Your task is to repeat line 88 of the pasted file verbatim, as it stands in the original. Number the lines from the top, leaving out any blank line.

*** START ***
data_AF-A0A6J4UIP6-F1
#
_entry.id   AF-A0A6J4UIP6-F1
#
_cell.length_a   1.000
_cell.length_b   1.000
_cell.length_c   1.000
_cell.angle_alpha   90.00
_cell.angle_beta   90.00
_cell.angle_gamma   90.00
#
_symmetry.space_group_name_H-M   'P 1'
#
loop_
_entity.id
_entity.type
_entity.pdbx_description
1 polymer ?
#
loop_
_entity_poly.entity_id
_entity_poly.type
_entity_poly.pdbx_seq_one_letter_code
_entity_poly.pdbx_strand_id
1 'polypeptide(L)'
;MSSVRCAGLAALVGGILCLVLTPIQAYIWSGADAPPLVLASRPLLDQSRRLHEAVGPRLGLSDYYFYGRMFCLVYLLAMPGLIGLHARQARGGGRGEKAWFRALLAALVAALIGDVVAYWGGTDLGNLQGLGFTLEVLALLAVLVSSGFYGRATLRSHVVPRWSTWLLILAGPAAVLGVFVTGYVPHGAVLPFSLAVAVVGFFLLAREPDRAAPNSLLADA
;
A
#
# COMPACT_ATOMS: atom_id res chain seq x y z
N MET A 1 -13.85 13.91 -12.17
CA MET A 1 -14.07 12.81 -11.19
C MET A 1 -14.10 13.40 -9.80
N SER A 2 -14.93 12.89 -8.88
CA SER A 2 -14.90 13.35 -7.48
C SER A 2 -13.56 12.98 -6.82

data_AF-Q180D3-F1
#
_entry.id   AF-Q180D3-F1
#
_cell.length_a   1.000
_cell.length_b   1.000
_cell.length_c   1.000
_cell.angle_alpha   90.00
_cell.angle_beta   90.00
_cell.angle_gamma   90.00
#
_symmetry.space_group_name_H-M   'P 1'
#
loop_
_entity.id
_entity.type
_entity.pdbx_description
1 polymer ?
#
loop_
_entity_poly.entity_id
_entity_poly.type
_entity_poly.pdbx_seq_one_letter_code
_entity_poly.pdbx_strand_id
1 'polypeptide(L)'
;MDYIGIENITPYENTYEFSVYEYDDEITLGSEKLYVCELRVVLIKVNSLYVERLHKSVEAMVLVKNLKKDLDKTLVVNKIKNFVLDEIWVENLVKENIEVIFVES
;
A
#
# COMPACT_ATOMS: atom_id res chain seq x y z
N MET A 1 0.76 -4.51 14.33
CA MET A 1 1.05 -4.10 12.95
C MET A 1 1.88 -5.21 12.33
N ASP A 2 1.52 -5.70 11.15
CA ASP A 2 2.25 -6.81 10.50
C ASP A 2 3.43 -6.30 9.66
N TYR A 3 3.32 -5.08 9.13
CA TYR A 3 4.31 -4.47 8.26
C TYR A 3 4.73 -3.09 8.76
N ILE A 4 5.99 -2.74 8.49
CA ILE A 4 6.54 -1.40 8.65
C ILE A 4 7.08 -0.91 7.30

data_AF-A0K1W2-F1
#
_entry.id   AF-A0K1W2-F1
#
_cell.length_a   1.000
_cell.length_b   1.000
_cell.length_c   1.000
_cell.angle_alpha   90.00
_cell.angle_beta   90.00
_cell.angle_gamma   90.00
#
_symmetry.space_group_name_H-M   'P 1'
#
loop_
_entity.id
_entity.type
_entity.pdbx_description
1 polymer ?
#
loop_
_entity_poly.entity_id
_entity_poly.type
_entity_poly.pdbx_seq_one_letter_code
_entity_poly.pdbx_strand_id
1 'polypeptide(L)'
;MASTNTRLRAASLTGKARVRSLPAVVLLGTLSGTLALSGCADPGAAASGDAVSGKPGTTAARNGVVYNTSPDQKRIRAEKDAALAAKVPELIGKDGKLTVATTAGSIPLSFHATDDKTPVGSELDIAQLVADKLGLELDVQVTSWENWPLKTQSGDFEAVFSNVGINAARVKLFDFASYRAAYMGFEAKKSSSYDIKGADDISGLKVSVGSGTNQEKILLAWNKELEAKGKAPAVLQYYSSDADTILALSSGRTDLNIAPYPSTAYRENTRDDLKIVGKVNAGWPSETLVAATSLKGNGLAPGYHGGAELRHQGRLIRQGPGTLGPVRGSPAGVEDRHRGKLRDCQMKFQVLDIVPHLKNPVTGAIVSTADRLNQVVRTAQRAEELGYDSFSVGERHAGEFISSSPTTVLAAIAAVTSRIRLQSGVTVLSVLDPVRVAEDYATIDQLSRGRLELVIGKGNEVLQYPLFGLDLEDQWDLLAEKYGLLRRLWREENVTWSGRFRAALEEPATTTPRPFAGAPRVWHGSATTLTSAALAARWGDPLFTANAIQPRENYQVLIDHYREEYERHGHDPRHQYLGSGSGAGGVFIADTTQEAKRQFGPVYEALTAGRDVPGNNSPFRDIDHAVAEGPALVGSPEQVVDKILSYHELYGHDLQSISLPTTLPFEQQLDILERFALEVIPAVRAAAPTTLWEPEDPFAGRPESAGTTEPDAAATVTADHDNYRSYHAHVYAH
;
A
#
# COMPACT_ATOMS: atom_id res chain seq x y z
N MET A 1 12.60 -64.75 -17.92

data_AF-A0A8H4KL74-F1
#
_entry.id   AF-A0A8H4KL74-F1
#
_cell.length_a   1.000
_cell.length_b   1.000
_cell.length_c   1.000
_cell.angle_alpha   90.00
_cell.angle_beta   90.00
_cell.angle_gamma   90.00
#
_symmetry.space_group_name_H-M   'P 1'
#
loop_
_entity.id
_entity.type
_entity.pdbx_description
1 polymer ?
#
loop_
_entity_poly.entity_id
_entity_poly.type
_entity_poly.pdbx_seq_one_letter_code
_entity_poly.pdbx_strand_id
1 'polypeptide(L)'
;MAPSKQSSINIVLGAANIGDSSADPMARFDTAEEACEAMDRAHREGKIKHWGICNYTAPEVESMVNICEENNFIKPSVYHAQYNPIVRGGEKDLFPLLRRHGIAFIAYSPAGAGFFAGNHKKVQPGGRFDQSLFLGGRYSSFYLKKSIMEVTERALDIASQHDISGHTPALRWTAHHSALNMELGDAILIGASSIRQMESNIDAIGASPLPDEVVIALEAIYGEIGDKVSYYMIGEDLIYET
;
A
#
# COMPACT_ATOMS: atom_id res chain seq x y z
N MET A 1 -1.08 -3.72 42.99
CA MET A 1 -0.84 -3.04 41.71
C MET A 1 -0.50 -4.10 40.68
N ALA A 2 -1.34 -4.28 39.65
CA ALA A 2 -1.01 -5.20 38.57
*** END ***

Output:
_cell.angle_gamma   90.00